Despite Ratings Challenge, 'Smash' Still Holds Promise
In the wake of a "diss from the boss" -- NBCU CEO Steve Burke, who was caught characterizing "Smash" as "problematic" in a moment he thought was off-camera -- and decreasing ratings, NBC's most-hyped, great-white-hope of a show still "holds promise," writes Anthony Crupi.
One favorable factor is its audience, which tends to skew younger and more female than that of its competition, . Crupi also gets some positive quotes from a TV buyer and a research guy.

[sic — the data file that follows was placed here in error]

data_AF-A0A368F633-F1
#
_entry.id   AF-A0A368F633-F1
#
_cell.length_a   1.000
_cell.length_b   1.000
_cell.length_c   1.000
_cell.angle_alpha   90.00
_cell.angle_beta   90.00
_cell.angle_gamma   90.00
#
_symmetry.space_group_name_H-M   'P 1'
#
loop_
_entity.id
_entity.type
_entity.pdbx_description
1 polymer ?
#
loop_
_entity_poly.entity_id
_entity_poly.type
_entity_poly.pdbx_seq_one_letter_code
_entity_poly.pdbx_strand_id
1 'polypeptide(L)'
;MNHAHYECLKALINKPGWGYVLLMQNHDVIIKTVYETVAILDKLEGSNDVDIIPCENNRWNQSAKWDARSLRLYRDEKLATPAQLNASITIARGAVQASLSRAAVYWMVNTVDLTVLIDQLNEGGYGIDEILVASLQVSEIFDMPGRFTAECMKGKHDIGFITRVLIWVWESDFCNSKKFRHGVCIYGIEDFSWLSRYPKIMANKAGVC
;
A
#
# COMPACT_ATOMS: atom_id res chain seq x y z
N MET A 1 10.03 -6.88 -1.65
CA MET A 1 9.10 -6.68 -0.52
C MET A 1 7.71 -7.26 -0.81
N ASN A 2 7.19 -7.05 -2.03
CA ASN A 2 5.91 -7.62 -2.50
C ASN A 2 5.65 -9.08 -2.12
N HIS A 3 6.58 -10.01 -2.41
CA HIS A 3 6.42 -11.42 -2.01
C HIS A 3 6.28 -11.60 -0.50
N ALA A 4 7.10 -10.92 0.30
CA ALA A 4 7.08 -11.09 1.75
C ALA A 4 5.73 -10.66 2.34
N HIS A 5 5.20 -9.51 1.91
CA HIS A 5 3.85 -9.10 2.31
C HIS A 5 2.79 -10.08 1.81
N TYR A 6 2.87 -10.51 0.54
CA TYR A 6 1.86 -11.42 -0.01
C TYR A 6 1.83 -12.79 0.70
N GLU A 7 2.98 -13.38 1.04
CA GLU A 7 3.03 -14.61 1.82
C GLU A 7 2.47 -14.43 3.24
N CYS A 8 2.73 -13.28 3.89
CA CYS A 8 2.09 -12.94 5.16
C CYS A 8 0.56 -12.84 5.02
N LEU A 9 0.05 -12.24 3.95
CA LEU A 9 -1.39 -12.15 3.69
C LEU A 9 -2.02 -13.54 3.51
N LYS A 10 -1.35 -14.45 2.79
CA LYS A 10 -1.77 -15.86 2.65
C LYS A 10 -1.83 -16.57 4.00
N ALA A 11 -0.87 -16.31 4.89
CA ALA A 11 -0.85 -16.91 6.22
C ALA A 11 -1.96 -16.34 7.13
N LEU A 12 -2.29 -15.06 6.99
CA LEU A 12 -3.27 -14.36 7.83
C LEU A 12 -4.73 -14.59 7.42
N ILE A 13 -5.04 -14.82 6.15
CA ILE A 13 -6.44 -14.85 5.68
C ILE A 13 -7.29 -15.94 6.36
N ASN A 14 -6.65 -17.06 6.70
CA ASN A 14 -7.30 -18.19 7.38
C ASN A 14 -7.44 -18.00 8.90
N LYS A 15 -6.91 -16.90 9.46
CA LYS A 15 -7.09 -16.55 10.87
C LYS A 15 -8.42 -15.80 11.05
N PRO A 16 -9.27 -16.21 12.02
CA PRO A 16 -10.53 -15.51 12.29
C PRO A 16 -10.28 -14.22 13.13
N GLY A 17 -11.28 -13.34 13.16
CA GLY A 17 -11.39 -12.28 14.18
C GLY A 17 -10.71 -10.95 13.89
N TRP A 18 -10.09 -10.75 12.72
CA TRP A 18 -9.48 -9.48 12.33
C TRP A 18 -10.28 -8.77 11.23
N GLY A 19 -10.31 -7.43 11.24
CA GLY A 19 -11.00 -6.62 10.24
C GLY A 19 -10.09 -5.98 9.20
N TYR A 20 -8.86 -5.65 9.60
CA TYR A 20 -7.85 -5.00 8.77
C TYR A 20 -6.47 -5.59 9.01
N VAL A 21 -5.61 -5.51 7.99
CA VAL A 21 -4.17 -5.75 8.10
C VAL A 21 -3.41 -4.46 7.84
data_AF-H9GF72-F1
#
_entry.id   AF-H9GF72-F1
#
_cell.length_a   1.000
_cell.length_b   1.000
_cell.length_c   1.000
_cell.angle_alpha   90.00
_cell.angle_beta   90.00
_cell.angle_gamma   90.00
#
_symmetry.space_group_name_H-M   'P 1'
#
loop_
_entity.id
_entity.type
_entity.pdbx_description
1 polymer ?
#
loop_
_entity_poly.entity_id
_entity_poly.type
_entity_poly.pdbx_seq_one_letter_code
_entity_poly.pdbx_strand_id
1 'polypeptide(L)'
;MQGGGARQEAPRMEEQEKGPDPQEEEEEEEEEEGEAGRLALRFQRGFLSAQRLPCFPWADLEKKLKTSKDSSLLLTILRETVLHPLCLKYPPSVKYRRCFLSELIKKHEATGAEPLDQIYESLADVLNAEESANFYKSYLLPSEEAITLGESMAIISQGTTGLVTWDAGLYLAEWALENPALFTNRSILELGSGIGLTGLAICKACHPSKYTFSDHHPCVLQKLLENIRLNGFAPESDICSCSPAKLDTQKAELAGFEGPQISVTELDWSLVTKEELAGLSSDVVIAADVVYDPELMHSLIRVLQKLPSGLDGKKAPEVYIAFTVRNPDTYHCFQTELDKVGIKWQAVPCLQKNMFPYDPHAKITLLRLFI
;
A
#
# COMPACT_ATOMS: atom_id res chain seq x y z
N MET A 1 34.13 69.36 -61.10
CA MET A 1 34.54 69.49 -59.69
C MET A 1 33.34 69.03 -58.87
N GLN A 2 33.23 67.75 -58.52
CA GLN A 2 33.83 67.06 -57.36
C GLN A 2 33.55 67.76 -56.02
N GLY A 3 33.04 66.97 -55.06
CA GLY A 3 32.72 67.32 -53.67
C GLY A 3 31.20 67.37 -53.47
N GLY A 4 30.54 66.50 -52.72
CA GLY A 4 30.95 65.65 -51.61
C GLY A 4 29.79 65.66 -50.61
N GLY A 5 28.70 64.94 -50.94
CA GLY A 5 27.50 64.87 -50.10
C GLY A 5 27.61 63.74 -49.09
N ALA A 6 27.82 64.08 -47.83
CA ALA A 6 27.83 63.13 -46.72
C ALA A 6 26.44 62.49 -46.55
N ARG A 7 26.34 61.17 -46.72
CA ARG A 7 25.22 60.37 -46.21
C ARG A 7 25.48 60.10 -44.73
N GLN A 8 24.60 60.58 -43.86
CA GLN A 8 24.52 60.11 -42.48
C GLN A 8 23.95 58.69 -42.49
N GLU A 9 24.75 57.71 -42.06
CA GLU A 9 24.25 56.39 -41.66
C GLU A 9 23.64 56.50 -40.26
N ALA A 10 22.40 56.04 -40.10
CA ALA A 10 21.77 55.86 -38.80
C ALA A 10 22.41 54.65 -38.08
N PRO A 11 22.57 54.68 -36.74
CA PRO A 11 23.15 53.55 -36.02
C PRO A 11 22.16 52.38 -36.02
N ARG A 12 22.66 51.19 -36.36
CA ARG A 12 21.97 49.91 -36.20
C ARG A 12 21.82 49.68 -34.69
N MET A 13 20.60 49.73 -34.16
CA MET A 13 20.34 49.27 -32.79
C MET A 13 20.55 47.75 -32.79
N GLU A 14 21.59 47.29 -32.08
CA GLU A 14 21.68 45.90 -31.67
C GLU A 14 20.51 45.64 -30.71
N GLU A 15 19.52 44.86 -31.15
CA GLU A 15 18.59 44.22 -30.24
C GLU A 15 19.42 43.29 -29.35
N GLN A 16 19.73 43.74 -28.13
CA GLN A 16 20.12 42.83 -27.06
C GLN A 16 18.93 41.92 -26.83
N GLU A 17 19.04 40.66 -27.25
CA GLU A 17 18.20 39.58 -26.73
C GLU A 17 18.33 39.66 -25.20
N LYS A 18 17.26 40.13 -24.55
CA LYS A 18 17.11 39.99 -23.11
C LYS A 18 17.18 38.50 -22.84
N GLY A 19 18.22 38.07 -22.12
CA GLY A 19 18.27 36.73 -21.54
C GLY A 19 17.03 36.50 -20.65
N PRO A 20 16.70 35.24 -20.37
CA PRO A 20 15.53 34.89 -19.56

Meanwhile, the critics weigh in on the latest episode, which they call the weakest of those they've screened. In fact, one one even suggests that viewers ignore it -- or "at least DVR it and put it on in the background when you're not paying attention, or when you leave the house and your pets need a TV-sitter. Ratings won't drop, and you'll be spared an hour of melodrama that NBC should be ashamed to call a 'Smash,'" Maggie Furlong writes.